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Panel discussion: Possessions - Indigenous Art/Colonial Culture

Updated: Dec 12, 2022

Join us this Thursday evening, the 20th of October, at 6pm on zoom for an exciting panel discussion around the new edition of Nicholas Thomas’s seminar book, Possessions.

First published in 1999, Nicholas Thomas’s Possessions: Indigenous Art/Colonial Culture argued that art had been vital to the making of settler nations, particularly in Australia and New Zealand, and was equally vital to their renegotiation and re-imagining. A second edition published recently reflects on the intellectual and political context in the 1990s, and the different challenges and opportunities that have emerged since, and that are powerfully articulated through contemporary practice. This panel discussion will consider the book’s ambitions and approaches, and where the project of decolonising art worlds and art history could go now.

Anna-Marie White is a Māori researcher, writer, curator and Tātai Taura | Principal Advisor at Toi Māori Aotearoa — Māori Art New Zealand, an independent organisation that supports and promotes the development of Māori arts.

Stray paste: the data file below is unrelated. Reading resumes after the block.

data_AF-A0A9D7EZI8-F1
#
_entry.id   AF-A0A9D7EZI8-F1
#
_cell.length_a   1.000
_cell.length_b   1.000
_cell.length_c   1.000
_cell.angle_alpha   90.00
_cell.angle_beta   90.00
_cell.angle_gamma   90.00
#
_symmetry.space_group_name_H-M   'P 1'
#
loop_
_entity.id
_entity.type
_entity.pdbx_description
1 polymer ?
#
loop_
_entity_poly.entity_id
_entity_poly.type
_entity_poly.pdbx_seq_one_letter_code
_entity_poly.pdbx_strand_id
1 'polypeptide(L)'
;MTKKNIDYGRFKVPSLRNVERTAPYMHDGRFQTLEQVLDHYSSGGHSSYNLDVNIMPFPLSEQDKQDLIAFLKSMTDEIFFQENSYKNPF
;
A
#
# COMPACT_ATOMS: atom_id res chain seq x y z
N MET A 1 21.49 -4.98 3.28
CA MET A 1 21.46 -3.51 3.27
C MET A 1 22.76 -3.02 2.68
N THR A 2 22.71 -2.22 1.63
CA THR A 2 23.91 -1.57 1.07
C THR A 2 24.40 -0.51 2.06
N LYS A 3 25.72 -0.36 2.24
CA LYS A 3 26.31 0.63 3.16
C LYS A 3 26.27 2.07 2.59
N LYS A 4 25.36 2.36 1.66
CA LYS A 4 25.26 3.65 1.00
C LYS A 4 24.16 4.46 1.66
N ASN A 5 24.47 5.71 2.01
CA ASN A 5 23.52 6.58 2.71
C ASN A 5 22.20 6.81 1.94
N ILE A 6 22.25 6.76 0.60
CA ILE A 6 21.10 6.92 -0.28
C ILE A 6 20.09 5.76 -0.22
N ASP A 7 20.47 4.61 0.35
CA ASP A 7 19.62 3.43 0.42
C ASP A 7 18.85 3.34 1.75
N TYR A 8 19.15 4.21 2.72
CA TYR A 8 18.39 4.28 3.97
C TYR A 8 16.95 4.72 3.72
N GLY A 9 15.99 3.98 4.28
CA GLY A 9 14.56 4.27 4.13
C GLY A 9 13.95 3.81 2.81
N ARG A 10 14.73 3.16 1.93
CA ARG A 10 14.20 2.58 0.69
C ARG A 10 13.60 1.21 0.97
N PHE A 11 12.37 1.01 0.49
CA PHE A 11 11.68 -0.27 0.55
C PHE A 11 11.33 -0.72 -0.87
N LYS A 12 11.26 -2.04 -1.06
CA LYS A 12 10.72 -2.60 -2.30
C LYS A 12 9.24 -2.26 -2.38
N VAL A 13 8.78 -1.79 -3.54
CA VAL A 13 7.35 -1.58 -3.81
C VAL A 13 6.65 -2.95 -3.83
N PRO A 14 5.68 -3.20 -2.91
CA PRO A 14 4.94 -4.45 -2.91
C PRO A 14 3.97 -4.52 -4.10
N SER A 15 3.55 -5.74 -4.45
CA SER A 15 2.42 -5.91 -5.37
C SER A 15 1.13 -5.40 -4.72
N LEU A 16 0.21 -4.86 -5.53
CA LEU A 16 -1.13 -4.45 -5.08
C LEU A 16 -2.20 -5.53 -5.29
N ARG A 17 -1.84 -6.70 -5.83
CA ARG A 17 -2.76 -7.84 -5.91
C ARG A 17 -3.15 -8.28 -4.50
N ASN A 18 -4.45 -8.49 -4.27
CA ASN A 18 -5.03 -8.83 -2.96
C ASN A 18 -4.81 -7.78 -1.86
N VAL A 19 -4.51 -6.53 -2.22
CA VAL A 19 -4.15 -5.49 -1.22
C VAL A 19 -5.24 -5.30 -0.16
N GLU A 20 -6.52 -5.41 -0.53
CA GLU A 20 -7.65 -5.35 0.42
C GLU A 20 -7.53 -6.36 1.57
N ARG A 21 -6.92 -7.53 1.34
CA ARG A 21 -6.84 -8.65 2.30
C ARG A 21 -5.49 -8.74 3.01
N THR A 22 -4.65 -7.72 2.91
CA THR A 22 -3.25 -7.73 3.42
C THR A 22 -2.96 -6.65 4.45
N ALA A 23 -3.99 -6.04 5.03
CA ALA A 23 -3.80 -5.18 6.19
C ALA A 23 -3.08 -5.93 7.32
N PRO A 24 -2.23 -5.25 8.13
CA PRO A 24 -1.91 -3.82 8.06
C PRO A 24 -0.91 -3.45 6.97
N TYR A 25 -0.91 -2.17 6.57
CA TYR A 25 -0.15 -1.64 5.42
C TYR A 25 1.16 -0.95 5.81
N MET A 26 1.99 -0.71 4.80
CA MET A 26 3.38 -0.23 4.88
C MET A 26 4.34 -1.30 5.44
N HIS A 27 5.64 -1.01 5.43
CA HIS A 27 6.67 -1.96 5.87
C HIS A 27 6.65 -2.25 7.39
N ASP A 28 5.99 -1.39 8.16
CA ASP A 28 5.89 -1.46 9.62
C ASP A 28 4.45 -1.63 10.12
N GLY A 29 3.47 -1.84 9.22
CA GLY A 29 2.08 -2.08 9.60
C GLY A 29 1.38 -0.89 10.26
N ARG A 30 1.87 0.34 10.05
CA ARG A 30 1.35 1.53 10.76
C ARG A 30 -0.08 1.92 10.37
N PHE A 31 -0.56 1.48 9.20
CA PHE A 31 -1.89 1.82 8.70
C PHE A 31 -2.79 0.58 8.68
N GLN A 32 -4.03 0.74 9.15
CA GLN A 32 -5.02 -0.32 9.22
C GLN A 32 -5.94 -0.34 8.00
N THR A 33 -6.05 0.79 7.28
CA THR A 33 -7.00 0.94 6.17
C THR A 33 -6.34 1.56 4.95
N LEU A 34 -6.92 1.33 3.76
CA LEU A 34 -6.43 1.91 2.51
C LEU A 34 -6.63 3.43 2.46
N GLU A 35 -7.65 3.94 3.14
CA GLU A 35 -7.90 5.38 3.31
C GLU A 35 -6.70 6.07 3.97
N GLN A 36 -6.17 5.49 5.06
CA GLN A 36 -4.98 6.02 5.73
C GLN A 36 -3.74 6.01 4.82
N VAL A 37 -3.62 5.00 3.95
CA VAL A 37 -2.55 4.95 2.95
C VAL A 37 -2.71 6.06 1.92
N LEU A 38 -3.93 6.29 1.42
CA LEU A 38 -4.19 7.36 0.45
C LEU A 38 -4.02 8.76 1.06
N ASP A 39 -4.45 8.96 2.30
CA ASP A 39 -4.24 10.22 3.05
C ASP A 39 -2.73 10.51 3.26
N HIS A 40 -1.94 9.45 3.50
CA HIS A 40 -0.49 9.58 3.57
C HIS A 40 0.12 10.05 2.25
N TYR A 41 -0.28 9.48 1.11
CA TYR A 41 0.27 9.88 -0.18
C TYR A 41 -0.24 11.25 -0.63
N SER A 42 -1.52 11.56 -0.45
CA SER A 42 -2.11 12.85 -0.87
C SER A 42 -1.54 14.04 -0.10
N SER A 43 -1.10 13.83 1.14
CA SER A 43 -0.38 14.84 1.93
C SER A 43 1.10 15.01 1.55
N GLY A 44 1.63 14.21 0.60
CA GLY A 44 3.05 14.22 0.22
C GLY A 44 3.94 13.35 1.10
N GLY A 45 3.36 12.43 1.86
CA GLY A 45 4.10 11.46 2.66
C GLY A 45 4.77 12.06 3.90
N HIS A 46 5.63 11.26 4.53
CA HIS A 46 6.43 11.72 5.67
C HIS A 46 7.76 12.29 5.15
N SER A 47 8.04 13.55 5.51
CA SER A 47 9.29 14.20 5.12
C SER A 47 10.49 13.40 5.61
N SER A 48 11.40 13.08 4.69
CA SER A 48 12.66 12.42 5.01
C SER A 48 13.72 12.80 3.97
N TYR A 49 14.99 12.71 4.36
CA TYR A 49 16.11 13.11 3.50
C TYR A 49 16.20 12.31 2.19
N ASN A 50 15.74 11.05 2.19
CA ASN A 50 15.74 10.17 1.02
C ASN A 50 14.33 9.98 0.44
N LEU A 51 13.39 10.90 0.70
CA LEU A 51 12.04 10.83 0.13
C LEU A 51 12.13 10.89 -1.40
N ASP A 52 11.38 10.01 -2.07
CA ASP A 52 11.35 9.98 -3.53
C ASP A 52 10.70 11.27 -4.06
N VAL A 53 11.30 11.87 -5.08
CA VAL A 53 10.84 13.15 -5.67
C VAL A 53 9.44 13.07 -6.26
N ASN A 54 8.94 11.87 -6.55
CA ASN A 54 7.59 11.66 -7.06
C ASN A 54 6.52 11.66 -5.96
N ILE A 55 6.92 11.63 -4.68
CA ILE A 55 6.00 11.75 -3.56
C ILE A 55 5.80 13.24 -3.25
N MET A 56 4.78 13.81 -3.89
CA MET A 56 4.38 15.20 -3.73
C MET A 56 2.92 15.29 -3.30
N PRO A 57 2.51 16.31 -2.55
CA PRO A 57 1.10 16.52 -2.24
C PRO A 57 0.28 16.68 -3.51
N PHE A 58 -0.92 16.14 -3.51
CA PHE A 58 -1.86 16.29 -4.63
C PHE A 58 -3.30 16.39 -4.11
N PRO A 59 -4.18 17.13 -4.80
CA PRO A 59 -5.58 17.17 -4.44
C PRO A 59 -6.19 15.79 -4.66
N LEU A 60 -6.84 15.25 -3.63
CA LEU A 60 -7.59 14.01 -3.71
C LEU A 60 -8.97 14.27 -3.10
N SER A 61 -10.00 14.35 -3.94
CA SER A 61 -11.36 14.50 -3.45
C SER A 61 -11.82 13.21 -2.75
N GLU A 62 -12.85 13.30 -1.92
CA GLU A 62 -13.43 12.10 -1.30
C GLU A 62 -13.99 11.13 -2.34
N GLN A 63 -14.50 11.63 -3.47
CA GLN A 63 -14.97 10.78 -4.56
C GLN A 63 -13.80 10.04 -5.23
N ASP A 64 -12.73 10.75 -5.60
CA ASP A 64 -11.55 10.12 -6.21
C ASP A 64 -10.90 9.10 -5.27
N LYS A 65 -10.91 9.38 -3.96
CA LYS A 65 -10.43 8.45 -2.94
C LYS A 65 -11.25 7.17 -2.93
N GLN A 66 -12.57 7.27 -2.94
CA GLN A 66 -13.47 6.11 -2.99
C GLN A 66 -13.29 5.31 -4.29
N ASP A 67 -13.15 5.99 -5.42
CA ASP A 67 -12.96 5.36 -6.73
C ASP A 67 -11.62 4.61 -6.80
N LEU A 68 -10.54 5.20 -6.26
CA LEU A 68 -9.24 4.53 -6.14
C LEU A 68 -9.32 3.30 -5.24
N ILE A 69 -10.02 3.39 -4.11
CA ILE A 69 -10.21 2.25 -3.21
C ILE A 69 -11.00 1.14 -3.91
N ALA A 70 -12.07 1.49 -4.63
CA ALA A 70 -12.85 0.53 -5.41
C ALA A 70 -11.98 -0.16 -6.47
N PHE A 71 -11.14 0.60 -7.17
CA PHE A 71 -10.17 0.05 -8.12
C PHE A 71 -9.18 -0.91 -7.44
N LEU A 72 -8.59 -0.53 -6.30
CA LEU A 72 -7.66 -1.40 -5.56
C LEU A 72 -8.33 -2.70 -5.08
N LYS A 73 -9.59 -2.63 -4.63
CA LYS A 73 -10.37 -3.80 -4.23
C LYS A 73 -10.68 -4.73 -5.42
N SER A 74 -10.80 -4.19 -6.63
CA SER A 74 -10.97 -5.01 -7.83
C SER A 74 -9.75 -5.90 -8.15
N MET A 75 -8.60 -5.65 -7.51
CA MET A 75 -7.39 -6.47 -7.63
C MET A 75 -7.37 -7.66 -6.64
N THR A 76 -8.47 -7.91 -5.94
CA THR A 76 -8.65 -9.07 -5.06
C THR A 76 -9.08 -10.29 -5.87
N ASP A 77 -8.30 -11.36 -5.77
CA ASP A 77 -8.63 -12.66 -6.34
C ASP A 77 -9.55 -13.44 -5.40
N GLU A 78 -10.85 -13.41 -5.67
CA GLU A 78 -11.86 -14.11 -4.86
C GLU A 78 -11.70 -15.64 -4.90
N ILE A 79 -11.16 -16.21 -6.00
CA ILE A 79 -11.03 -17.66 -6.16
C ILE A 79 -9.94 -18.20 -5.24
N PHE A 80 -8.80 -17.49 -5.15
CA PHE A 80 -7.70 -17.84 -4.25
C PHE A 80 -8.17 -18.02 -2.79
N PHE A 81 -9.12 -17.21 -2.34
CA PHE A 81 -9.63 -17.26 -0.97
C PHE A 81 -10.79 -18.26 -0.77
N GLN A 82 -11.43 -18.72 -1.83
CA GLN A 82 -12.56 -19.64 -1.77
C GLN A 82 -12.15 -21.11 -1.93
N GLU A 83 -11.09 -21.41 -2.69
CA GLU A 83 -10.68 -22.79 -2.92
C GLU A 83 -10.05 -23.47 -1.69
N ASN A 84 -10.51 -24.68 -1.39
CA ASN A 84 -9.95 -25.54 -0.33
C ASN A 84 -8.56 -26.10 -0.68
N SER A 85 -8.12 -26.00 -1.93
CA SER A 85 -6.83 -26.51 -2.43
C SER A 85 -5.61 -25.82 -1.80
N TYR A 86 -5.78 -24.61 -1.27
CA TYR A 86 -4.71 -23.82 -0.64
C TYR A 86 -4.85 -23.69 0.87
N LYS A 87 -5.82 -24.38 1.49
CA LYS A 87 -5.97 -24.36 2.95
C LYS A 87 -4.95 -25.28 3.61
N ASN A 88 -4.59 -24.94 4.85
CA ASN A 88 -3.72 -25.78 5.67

Nicholas Thomas has been Director of the Museum of Archaeology and Anthropology in Cambridge since 2006. He has written extensively on art, colonial encounters and museums, and co-curated ‘Oceania’ for the Royal Academy and the Musée du quai Branly-Jacques Chirac over 2018-19.

Stephen Gilchrist: Belonging to the Yamatji people, I am an art historian, lecturer and curator who has held curatorial appointments with the Indigenous collections of the National Gallery of Australia (2003-2005), the British Museum (2008), the National Gallery of Victoria (2005- 2010), the Hood Museum of Art, Dartmouth College (2011-2013) and the Harvard Art Museums (2012-2016). I continue to work closely with major Australian and international institutions and contribute to international dialogues surrounding the scholarship and interpretation of Indigenous art and culture with a focus on Indigenous curation as an expression of sovereignty.

Roger Benjamin is Professor of Art History at the University of Sydney. He worked with Nick Thomas as a fellow at ANU’s Centre for Cross-Cultural Research 1998-2000, and has published widely on French Orientalism, Matisse, and Indigenous Australian art

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